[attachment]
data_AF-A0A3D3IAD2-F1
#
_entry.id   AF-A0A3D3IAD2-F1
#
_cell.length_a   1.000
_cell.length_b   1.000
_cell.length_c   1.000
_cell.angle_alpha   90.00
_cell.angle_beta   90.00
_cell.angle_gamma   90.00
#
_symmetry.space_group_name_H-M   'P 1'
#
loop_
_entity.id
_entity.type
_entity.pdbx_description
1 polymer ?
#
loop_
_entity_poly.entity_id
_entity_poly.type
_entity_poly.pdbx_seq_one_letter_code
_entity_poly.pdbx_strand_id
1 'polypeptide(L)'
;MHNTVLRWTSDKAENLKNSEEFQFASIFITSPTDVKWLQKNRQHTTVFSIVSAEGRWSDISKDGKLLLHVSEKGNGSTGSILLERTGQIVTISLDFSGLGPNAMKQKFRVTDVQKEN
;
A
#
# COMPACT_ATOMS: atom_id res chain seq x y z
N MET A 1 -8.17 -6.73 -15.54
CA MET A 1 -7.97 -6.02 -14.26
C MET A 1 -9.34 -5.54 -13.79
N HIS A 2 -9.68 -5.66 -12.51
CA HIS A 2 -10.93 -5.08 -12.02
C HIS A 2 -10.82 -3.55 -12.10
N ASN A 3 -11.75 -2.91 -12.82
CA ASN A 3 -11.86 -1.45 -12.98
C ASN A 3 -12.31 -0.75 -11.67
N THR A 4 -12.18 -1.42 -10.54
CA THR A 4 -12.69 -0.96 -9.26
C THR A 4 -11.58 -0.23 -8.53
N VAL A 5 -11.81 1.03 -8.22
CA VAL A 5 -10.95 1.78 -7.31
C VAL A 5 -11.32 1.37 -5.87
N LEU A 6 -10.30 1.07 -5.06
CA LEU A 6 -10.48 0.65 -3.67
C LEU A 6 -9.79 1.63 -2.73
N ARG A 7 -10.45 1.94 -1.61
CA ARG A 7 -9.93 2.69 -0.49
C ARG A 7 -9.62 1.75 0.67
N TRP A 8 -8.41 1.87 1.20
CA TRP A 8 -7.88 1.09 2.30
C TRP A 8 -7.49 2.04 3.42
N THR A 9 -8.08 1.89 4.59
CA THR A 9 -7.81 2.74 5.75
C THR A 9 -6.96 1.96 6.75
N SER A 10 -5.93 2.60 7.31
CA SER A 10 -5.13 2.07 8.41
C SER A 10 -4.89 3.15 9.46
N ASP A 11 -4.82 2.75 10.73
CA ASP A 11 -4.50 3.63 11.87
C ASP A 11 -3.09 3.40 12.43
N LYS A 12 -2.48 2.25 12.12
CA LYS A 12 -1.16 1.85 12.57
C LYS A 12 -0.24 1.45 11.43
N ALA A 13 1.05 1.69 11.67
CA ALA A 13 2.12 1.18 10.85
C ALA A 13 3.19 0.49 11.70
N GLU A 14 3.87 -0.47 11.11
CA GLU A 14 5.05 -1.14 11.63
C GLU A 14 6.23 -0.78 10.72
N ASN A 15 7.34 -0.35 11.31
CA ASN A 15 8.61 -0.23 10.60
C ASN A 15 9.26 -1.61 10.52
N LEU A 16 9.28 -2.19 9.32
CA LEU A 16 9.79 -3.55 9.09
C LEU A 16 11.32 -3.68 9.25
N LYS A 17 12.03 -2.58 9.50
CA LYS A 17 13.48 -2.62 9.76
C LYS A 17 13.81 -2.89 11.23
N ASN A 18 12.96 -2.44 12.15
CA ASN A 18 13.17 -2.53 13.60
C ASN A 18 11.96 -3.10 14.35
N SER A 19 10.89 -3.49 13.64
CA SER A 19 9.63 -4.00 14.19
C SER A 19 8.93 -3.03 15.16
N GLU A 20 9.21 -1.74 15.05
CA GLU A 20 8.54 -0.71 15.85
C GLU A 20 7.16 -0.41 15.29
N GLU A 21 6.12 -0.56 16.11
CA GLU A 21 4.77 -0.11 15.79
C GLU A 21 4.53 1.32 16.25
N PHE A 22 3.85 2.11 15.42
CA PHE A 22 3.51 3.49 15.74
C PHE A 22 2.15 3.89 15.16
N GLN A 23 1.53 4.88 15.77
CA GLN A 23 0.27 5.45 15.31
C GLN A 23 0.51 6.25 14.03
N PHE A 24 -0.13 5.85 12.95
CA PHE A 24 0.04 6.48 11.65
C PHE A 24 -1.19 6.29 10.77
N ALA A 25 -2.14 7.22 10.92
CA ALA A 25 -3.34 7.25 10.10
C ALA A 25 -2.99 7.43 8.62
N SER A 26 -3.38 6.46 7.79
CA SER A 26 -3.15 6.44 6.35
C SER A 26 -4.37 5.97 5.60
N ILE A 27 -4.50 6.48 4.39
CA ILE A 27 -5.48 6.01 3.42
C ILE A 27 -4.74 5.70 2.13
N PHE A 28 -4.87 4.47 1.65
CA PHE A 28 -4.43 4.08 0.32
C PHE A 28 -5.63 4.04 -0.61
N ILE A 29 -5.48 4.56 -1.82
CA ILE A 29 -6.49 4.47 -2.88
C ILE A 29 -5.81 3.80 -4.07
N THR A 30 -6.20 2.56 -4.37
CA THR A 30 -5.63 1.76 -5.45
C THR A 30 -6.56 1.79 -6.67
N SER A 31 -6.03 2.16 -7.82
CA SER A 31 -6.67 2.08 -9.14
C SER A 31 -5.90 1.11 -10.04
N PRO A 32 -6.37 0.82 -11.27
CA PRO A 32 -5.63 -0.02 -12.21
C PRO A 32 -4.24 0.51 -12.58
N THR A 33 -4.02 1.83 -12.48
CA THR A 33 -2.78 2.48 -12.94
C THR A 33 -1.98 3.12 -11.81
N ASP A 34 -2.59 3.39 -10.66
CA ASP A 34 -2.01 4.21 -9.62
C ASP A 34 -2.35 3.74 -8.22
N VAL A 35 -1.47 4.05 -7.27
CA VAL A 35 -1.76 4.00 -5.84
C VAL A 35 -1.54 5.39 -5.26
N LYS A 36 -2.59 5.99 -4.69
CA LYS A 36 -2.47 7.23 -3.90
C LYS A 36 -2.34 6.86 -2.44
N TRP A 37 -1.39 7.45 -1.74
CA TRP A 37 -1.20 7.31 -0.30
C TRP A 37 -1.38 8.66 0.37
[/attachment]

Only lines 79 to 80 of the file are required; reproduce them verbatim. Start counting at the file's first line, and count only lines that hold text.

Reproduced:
N LYS A 17 12.03 -2.58 9.50
CA LYS A 17 13.48 -2.62 9.76